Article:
How many conversations have you had about the weather over the last 72 hours? Maybe on Friday you were pumping gas or standing in line at Kroger and the person at the opposite pumping gas or standing ahead of you in line asked your thoughts on Matthew's path? Maybe on Saturday some text messages came to your phone from unknown numbers. They were friends you rarely speak to, but when they saw Hurricane Matthew bearing down on our coastline, they reached out to you, How's the weather? How are you doing? Maybe today, after getting cabin fever, you got out of the house and walked around the neighborhood. You struck up a conversation with a passer-by, Man, that wind was whipping once the rain stopped! I've never seen anything like that.
Have you ever noticed how two strangers, with nothing in common, can carry on a conversation about the weather? Why is that? Is it because everyone knows they can be a weather forecaster? Maybe it is a result of our frustration with hearing a Hurricane is suppose to turn out to sea but instead slams into the seashore? Or, could it be that weather is the common denominator in everybody's life? We all experience weather all the time. Of course that's true. As I write this devotion it's 61 degrees in Myrtle Beach; 60 degrees in Fort Morgan, CO where my sisters live; and 70 degrees in China where my sister-in-law lives. We all experience weather every single moment of our life.
But that's not all. We also all experience the apparently arbitrary nature of weather. Winds whip at 65 mph along the coast as Hurricane Matthew churns while 5 miles inland the wind-speed is only 45 mph. A tornado crosses Ocean Boulevard leaving a trail of damage all the way to Highway 17 Bypass in North Myrtle Beach while leaving other areas untouched. Rain falls rapidly filling streets and ponds in Springlake subdivision while mist falls miles to the North in Wilmington. We thank God for the Weather Channel, WMBF, WPDE, and all the meteorologists (whether professional or novice). These experts can predict the weather, but ultimately, they can't control it. Only Jesus can do that. Only Jesus did do that when he walked on this earth (Matthew 8:23-27, Mark 4:35-41, and Luke 8:22-25). He was known to have calmed a storm or two. And who’s to say that he didn’t create that same storm just so that he could calm it? After all, God doesn’t just control weather, he creates it.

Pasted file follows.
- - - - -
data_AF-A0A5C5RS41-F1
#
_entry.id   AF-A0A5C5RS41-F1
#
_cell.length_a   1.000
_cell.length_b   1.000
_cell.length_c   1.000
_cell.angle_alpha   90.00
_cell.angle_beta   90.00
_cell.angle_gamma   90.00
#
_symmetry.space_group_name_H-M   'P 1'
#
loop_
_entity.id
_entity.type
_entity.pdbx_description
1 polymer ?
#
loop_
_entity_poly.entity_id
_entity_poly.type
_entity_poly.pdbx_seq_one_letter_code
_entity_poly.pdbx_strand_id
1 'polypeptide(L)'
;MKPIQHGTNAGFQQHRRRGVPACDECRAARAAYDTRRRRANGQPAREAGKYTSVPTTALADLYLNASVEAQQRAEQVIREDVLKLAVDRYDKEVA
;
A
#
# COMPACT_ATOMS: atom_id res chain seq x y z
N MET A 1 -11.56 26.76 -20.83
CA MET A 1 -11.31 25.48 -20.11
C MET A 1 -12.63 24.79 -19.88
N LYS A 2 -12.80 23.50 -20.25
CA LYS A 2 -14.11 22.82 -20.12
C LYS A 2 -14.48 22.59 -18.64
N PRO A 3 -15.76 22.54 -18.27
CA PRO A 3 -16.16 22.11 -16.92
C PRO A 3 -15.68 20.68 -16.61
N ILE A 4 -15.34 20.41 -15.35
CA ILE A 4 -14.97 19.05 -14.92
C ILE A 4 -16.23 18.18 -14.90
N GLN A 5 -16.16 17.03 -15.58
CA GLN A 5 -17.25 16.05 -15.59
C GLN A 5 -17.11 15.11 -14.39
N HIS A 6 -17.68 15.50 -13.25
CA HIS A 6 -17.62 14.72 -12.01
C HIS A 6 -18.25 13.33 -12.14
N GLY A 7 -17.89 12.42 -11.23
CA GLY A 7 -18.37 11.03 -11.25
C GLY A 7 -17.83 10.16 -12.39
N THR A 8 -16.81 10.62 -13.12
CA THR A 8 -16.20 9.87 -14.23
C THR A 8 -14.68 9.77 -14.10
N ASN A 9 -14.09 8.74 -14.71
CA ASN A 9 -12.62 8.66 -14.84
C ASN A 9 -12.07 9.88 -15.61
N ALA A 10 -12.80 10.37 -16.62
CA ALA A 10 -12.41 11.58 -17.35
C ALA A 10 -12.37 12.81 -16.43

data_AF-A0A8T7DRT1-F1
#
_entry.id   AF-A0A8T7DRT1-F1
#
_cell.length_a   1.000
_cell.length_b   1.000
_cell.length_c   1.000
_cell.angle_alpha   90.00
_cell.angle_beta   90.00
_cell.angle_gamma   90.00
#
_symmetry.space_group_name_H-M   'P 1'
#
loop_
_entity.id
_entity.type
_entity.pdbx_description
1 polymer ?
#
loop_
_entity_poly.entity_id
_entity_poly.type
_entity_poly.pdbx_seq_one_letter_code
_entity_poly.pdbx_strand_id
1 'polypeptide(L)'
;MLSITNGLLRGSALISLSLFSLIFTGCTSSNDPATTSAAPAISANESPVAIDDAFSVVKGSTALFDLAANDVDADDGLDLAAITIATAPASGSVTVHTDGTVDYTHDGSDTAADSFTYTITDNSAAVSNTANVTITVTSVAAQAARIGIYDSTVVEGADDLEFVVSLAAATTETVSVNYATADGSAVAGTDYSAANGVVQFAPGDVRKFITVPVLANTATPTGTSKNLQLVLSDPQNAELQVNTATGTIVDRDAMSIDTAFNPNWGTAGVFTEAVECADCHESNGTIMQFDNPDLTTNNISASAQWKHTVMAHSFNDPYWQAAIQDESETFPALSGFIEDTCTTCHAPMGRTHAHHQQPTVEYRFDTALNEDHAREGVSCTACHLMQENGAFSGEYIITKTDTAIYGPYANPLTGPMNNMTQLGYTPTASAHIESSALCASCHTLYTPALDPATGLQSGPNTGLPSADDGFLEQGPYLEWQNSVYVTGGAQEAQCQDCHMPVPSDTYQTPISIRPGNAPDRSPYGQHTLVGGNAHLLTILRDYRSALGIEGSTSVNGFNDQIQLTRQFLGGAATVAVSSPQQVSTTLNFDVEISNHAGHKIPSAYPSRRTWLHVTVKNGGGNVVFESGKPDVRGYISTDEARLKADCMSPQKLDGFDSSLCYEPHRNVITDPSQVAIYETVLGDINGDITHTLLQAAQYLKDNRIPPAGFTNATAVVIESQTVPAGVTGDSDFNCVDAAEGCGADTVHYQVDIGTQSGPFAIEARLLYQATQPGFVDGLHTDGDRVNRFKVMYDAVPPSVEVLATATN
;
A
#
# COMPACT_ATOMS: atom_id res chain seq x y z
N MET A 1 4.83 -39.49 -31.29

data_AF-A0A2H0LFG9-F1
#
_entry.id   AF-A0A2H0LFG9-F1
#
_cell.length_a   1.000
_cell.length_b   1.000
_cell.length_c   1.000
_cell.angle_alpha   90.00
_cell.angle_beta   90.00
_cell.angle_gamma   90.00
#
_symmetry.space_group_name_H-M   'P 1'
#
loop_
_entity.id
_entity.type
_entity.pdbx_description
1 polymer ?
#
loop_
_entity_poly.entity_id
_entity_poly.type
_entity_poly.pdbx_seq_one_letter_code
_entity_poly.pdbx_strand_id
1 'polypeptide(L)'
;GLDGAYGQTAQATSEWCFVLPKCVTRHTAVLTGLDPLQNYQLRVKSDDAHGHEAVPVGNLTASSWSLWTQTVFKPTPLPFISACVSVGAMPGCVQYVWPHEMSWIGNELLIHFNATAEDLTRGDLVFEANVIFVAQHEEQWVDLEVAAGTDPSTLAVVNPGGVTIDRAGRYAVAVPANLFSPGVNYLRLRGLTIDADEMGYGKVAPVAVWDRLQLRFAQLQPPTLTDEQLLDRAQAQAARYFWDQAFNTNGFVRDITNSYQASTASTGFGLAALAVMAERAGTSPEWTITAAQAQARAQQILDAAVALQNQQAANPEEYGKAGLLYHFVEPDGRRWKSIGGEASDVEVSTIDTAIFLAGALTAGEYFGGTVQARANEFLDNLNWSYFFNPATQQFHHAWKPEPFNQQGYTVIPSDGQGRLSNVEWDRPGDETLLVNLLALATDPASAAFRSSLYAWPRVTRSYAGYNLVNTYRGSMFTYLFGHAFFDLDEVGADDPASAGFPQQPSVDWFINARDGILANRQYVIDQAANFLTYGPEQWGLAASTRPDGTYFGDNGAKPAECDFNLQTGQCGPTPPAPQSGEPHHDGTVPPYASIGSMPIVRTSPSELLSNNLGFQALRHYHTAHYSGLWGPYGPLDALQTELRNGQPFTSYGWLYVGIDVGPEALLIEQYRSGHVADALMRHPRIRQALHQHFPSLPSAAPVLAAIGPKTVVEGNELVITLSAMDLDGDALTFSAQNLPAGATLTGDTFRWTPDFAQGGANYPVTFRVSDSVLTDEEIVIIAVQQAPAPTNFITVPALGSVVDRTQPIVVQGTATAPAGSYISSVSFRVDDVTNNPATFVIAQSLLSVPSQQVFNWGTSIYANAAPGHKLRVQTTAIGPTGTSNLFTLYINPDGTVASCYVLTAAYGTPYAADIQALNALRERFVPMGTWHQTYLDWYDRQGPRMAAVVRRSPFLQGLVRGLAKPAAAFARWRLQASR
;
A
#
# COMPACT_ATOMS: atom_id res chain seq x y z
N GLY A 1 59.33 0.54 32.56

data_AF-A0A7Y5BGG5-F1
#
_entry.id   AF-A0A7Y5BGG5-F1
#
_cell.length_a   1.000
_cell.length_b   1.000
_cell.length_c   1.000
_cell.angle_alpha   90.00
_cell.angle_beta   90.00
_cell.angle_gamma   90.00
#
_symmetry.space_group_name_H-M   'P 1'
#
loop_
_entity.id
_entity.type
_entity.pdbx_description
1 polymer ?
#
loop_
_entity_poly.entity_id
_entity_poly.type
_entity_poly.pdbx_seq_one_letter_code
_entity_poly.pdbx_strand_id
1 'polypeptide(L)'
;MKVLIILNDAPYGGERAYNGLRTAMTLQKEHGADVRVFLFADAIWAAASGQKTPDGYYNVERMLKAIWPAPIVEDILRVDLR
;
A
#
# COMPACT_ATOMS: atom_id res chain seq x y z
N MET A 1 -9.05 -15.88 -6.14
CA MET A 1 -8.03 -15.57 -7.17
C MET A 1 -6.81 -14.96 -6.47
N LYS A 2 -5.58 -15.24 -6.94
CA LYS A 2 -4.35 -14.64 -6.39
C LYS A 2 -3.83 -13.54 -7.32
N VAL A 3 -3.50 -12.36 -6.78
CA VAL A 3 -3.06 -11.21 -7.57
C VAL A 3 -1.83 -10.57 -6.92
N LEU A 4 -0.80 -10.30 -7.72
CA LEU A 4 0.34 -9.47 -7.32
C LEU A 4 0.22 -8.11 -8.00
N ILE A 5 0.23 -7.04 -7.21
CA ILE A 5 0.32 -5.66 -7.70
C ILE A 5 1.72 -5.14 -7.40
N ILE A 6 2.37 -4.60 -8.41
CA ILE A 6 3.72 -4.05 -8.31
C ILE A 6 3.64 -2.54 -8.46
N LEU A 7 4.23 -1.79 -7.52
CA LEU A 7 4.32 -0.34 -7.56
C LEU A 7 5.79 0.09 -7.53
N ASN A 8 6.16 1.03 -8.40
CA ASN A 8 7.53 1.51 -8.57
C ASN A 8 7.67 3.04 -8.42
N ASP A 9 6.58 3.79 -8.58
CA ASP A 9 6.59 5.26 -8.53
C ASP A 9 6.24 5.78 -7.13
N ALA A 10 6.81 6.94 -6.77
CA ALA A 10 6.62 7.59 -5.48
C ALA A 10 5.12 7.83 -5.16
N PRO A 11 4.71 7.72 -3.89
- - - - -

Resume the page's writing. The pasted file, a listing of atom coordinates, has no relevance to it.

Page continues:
The psalmist tells us: “He makes the clouds his chariot and rides on the wings of the wind … He makes springs pour water into the ravines … He waters the mountains from his upper chambers … How many are your works, O Lord” (Psalm 104:3,10,13,24).
So what does this mean? Could it be that a Hurricane named Matthew was a work of the Lord? The Lord's efforts are in no way arbitrary. God didn't roll the dice when it came to Hurricane Matthew - the wind, rain, and storm surge. God didn't roll the dice when it came to the cool sunny day after Matthew passed through. He doesn’t roll the dice when it comes to weather or any of his works. It’s all part of his purpose and plan. Weather is by his design. Take a closer look at Psalm 104 and you’ll find that sandwiched between the lines of praise for what God does (God's handiwork) are statements related to why he does it (his design for weather). God’s weather gives water to cattle and makes grass grow for them to eat. God’s weather provides for crop cultivation to feed people. God’s weather creates wind for ships to catch in their sails. God's weather is a wonderful work of his mighty hand.
Consider for a moment how God intervened once in Old Testament times to make the sun stand still so that his chosen nation could successfully defeat an oppressive enemy (Joshua 10:12-14). Remember how God sent the storm that chased his wayward prophet, Jonah, back onto safe ground (Jonah 1:4-16). God rocked the planet with the tremors of an earthquake sending its shockwaves to the world when Jesus died as a signal that his sacrifice was for everyone (Matthew 27:50-53).
Every sunset. Every raindrop. Every barometric pressure change. Every cloud that silently floats overhead. Every gust of wind that whips. God designs and delivers with a purpose in mind. That also applies to hurricanes like Matthew. Therefore, Matthew is not bigger than God. Matthew answers to God. Matthew received his coordinates from God, his power from God, and his orders from God. Now Matthew is gone but God is not. God is still here to enact the next phase of his purposeful plan that we've labeled Hurricane Matthew.
What is that next phase? Might God be giving us more than just the weather to talk about with strangers? Might God be giving us opportunities to his love to people, to help them with compassion, and to share his free forgiveness with care and concern. You might not know that stranger, but now you've experienced the weather together - Hurricane Matthew. May God let that common denominator be an open door to show them Jesus, to pray for them, to help them, to show them we care.
Almighty God, you created the heavens and the earth, and you constantly orchestrate weather with a loving and holy purpose. To be honest, I don’t really understand this (or agree with it) when rain washes out afternoon plans or a hurricane churns along our Eastern coastline and slams into the homes and cities along the way. For now, I give you the praise and respect you deserve as Creator of all and chief engineer of all weather around the earth. I also thank you for the blessings of your created system of weather - the variety and beauty it brings to my days, the fruits and harvests it makes grow, and the spectacular wonder it produces in my mind and heart. Only you are awesome enough to fill that wonder. Only you are gracious and patient and understanding enough to listen when I ask that you teach me more your purpose and plan that includes this hurricane come and gone. Open my ears to hear, and my heart to believe. Amen.